Van Bortel Blog
- Sunday, May 26, 2013
Our turbo-chargers are just small air compressors. Their sole job is to send compressed air to the engine; that's how we maintain (or increase) power at altitude. There are other engine components that control turbo-charger output, but the turbo just pumps air. It's that simple.
One problem that we face in turbo-charged aircraft is the temperature of the compressed air. Anytime air is compressed the temperature is increased. For our piston engines, this produces a number of problems. Increased induction air temperature increases cylinder head temps and can lead to detonation, which can caused catastrophic failure of the engine. Hotter air also results in less efficiency. Hotter air is less dense, meaning that there are fewer air molecules entering the cylinders for combustion, which decreases the volumetric efficiency of the air. This works against the efforts of the turbo-charger.
There are a few ways to deal with the problem of increased air temperature. Some are better than others. The most simplistic option is to decrease the performance of the turbo-charger, i.e. not compress as much air. Certainly this isn’t the best option, we want to cram as much air into the cylinders that we possibly can, after all, it's all about speed & power, right? Another option might be to increase the fuel flow into the cylinders. Now this fuel isn’t being burned, as it is atomized it absorbs heat and carries it out the exhaust valve, thus providing a cooling function. This isn’t a great solution because it increases fuel burn and emissions. Today, the major players in aircraft engines such as TCM and Tornado Alley Turbo use intercoolers to help offset the increased induction air temperature, but it's important to note that the compressed air is still warmer than it was before entering the turbo-charger.
An intercooler is simply a heat exchanger. In a heat exchanger, two fluids do not specifically come in contact, but a transfer of heat (energy) takes place between them. Hot, compressed air exiting the turbo then flows through the intercooler where heat is transferred to the tubes & fins of the intercooler (think of the radiator on your car). Ambient air then flows over & through the fins of the intercooler and absorbs the heat from the intercooler and sends it overboard.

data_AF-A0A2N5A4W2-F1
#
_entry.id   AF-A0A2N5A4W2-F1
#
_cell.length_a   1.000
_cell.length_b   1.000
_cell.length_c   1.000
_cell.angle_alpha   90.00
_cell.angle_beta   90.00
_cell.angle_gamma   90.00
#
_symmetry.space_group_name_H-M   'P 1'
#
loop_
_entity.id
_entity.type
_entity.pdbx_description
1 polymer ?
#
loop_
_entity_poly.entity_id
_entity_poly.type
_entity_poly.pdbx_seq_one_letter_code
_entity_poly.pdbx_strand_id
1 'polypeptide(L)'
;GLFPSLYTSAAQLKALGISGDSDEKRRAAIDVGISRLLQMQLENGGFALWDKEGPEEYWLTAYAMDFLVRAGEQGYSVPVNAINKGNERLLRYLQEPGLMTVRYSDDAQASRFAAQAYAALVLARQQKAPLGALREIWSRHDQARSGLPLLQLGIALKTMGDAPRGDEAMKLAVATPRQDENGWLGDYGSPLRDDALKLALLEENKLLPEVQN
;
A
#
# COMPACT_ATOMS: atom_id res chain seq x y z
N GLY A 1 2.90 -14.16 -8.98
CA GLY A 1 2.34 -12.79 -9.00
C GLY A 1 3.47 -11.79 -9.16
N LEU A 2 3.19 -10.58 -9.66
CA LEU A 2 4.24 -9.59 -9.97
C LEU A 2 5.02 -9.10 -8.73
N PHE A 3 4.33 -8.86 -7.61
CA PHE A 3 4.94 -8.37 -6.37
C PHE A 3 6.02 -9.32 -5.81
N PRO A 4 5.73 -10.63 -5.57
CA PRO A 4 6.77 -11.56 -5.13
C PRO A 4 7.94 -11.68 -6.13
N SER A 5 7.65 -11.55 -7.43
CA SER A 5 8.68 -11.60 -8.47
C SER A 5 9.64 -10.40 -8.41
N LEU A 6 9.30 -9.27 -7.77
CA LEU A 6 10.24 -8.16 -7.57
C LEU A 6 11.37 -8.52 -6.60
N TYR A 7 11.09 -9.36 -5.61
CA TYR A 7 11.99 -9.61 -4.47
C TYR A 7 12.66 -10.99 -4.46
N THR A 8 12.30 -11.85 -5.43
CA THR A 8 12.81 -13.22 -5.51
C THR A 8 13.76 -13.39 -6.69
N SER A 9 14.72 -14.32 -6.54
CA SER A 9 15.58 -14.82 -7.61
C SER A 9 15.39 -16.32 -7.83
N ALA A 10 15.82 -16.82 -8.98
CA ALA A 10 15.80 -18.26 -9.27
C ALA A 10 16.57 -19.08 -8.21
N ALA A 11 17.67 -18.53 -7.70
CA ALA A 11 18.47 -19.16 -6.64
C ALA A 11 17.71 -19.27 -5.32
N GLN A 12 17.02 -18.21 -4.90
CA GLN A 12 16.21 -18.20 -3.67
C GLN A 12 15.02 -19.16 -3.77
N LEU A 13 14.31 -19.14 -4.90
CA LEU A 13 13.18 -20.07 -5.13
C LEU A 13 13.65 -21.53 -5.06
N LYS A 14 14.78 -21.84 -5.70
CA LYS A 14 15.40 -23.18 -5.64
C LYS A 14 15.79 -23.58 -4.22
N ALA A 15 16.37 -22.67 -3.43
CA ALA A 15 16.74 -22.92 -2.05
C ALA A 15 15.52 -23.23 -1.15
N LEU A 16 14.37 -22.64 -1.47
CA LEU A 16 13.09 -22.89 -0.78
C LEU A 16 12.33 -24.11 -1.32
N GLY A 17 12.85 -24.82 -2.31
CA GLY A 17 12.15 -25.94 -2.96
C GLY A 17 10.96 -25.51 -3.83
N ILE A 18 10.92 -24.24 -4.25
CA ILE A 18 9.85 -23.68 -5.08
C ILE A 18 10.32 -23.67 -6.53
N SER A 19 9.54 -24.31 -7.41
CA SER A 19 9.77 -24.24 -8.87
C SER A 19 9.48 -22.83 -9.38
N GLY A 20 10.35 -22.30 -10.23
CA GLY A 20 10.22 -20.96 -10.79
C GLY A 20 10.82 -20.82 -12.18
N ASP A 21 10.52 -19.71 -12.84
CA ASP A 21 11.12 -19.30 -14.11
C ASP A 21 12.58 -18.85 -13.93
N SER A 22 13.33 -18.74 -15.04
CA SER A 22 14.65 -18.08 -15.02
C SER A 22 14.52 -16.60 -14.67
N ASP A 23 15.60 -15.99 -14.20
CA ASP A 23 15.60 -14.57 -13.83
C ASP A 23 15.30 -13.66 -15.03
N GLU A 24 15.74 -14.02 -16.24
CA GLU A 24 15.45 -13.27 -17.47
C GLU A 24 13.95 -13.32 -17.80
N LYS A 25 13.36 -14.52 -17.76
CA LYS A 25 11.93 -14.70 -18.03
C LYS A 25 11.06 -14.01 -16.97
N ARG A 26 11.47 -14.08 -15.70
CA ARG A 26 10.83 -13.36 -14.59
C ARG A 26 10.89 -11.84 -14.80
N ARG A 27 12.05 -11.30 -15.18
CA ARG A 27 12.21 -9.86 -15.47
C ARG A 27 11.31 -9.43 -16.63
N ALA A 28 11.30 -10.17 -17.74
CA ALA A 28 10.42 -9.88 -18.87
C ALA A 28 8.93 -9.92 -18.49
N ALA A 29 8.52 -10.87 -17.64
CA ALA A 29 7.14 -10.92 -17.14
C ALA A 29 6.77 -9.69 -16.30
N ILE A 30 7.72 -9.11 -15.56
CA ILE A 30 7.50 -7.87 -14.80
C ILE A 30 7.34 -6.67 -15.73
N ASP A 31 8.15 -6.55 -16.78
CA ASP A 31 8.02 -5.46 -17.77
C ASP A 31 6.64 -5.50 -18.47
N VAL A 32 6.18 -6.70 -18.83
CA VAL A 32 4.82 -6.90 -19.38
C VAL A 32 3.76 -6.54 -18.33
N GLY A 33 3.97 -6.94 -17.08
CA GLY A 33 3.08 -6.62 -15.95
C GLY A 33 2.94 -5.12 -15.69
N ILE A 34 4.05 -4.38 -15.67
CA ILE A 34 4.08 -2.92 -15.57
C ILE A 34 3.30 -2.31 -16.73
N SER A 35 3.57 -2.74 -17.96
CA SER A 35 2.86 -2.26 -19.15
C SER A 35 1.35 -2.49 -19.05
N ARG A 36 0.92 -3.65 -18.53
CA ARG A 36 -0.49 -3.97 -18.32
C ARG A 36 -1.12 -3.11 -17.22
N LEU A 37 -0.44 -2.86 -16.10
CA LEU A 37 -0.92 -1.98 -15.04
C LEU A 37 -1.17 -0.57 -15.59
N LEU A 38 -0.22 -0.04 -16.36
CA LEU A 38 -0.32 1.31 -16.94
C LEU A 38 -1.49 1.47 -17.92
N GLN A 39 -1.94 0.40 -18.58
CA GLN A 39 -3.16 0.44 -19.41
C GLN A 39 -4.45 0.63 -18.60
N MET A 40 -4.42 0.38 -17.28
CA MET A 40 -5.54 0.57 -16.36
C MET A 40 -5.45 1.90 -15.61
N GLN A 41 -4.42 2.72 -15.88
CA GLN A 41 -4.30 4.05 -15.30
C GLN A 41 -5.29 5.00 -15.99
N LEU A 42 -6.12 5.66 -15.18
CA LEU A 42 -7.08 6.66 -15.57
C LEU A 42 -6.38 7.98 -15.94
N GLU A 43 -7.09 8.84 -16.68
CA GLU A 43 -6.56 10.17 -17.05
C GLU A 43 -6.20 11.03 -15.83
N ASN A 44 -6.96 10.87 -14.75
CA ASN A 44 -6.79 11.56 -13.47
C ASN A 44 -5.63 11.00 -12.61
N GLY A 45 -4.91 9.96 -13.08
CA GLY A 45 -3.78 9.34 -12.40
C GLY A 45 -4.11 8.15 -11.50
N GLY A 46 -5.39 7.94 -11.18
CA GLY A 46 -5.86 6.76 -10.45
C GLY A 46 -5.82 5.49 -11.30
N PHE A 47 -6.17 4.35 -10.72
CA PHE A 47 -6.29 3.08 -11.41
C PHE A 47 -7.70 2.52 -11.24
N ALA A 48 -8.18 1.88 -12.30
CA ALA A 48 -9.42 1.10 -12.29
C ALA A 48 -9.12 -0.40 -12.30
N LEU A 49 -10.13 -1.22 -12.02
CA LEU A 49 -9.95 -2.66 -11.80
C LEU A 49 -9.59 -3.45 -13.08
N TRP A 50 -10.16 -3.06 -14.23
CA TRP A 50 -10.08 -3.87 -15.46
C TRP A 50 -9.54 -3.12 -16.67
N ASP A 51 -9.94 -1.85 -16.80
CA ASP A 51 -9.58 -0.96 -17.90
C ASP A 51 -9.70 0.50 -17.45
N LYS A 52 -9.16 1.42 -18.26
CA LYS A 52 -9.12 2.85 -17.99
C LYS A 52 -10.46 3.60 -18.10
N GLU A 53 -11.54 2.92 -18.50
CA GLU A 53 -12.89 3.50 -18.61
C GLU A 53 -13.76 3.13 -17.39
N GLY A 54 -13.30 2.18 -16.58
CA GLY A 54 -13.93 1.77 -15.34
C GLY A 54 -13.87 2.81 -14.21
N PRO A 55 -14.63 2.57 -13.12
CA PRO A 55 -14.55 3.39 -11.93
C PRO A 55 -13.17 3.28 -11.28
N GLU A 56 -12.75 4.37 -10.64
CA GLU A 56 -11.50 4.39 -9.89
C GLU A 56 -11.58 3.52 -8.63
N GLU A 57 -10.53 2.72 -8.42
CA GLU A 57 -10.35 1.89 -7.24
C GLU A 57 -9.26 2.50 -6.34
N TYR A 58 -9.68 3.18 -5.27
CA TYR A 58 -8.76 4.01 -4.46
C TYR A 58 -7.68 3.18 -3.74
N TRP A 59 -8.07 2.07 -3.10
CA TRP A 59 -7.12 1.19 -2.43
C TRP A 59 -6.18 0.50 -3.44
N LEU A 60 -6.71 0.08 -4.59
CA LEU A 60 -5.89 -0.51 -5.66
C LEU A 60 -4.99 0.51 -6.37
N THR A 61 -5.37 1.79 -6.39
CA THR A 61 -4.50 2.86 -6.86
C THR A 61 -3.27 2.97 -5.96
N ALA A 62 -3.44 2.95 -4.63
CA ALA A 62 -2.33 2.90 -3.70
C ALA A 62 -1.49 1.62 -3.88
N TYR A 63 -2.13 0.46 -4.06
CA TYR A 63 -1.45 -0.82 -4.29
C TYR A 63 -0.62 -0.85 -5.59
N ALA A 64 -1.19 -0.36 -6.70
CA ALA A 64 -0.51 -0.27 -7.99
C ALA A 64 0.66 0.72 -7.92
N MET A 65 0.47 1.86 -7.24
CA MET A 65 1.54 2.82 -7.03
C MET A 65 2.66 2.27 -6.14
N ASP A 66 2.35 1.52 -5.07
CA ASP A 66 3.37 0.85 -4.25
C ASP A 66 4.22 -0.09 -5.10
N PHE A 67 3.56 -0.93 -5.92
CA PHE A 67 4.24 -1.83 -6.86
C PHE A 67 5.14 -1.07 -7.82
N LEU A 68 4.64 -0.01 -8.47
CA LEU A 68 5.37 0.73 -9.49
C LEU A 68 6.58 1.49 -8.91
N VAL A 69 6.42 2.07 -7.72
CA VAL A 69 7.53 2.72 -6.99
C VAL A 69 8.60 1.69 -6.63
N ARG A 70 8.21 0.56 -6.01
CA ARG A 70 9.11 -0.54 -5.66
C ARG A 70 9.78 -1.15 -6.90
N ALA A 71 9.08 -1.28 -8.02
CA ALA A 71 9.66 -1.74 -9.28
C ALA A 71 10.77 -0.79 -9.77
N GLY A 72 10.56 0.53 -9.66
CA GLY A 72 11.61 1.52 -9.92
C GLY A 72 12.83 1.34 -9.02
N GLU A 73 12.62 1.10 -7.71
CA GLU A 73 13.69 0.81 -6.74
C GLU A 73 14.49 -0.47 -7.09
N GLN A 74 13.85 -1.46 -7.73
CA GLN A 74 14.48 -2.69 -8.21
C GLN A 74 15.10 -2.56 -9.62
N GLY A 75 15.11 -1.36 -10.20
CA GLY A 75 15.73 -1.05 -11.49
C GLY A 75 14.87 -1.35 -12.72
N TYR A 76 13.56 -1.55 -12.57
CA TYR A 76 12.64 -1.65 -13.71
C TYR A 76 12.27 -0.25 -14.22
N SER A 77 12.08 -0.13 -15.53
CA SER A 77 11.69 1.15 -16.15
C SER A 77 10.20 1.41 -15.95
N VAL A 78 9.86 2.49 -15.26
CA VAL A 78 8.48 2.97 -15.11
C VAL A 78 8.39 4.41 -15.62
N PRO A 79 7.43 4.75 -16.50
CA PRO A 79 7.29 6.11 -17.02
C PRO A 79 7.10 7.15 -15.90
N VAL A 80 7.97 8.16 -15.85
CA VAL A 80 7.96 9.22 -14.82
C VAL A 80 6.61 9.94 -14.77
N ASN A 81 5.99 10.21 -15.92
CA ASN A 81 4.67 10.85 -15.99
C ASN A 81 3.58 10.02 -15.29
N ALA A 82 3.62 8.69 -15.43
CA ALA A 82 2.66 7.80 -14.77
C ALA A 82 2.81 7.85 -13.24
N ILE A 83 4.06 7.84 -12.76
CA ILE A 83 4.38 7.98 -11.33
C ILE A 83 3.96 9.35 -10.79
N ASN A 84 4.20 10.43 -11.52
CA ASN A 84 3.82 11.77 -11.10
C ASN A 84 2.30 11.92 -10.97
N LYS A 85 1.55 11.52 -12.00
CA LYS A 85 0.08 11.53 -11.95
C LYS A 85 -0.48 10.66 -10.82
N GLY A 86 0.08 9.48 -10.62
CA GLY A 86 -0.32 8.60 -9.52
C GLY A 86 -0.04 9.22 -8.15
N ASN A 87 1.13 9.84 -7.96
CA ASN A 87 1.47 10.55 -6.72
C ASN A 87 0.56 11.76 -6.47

The amount that an intercooler cools compressed air depends on a number of things. First, the design of the intercooler comes into play. What is the size of the intercoolers surface area? How many tubes? Fins? Second, where is the intercooler installed? Can a large amount of air flow over the intercooler with ease? Aircraft speed also plays a part. Fast cruises at low angles of attack provide more cooling airflow then low airspeeds and high angles of attack. As you can imagine, ambient air temperature plays a huge role in determining the effectiveness of an intercooler. Simply put, the greater the difference in the compressed air temperature and the ambient temperature, the easier it is for the intercooler to transfer heat.
Many aircraft owners perform their own regular oil changes. When the cowling is off, take a close look at the intercoolers and the areas surrounding them. Take a look at the surface area of the intercooler. Are there cracks or damage to the fins? What about the baffling area, is it sealed properly? Any of these can lead to a reduction of the intercoolers effectiveness. Consult your technician or aircraft maintenance representative if you notice any potential issues.
In a nutshell, intercoolers are in integral part in today’s modern high performance piston aircraft engines. As a pilot, it’s important to know in detail how the various components in your aircraft work. Next time you’re in the shop, ask your technician for a quick tutorial on the system.
"Thank you for taking the time to help me get my dream airplane" — C.P.